Climate change is here, it’s real, and it won’t be easy for humans to deal with. But few things are all good or all bad, and so it may be for climate change, at least with respect to environmental science and management.

A vast literature has accumulated in the past two or three decades in geosciences, environmental sciences, and ecology acknowledging the pervasive—and to some extent irreducible—roles of uncertainty and contingency. This does not make prediction impossible or unfeasible, but does change the context of prediction. We are obliged to not only acknowledge uncertainty, but also to frame prediction in terms of ranges or envelopes of probabilities and possibilities rather than single predicted outcomes. Think of hurricane track forecasts, which acknowledge a range of possible pathways, and that the uncertainty increases into the future.

Forecast track for Hurricane Lili, September 30, 2002. The range of possible tracks and the increasing uncertainty over time are clear. Source: National Hurricane Center.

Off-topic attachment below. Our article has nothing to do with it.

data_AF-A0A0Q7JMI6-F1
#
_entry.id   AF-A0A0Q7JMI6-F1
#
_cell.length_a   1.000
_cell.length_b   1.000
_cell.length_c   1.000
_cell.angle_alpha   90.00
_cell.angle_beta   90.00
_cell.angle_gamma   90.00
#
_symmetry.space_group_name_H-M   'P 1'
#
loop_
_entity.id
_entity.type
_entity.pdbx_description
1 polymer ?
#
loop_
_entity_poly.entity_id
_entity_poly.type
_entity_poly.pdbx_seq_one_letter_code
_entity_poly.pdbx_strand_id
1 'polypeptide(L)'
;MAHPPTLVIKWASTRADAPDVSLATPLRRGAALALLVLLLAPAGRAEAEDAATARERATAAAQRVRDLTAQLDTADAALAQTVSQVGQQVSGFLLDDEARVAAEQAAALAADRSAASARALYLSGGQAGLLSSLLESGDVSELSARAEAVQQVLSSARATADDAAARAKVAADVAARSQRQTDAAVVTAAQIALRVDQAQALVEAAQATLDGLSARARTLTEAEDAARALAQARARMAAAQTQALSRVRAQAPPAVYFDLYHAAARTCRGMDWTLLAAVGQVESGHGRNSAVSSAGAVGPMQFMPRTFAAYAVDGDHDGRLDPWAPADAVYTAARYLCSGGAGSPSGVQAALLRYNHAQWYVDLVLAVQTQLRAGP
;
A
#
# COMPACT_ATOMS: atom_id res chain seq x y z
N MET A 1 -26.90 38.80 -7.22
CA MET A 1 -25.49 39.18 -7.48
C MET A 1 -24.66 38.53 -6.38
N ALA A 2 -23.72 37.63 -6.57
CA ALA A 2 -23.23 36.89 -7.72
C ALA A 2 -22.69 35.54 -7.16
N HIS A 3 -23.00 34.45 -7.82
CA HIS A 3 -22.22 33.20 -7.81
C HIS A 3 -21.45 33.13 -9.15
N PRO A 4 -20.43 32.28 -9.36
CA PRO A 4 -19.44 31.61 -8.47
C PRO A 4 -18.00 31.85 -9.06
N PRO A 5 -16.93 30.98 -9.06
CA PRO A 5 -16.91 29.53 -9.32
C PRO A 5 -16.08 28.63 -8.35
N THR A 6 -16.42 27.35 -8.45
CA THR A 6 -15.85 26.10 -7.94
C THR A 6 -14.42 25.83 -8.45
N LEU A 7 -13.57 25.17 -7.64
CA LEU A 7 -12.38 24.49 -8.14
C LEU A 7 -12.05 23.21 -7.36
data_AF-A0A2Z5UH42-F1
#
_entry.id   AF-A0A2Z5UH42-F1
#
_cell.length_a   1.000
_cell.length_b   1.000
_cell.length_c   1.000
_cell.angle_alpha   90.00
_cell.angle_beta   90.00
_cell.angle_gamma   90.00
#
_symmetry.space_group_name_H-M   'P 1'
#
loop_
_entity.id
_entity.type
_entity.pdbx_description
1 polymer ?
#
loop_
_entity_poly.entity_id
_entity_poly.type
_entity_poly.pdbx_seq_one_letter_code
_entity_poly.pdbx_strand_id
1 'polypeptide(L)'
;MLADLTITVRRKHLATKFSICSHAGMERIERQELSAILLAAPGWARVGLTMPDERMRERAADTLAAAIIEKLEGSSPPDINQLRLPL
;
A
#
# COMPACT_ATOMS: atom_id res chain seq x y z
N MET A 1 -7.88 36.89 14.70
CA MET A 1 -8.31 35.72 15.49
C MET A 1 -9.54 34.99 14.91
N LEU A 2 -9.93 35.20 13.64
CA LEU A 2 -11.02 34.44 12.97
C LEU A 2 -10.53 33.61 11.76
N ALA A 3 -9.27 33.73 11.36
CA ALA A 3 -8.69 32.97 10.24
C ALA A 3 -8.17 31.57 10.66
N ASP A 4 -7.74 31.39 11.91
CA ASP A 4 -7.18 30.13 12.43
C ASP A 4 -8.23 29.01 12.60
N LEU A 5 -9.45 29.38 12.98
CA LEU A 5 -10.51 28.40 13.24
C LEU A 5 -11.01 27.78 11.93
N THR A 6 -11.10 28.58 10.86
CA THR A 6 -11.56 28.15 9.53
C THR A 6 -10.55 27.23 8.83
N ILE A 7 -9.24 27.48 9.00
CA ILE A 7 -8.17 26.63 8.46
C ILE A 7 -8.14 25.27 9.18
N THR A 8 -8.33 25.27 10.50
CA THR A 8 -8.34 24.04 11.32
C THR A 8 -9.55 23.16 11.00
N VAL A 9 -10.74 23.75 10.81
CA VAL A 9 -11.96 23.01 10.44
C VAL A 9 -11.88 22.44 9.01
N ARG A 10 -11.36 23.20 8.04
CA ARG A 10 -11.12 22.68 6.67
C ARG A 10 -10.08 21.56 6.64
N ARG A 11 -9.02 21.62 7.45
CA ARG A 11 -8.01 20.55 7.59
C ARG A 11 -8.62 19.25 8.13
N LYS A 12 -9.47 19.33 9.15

Applied environmental science and environmental management has traditionally been based on what I think of as a medical-style model—if a patient is presenting certain symptoms, then this is the treatment. The environmental analogy, be it forest or range management, agricultural policy, stream restoration, etc., has been similar—if this is the problem or the situation, then that is what you do. Sometimes this works; sometimes it doesn’t.

An approach more consistent with the way environmental systems actually work is based on flexibility, adaptability, and identifying ranges of options. This is the case with or without climate change, but perhaps dealing with the uncertainties, path dependence, complex interconnections, and inevitable surprises we know are associated with ongoing and near-future climate change, we can change the culture of environmental and natural resource policy and management. Rather than (at least implicitly) pretending certainty in forecasts, we acknowledge uncertainty, contingency, and possible surprises. Rather than single prescribed management options, we develop and present ranges of options, with multiple objectives and multiple potential pathways. And rather than implementing a policy, restoration scheme, etc., and “riding it until it crashes,” we build in flexibility and adaptive capacity. 

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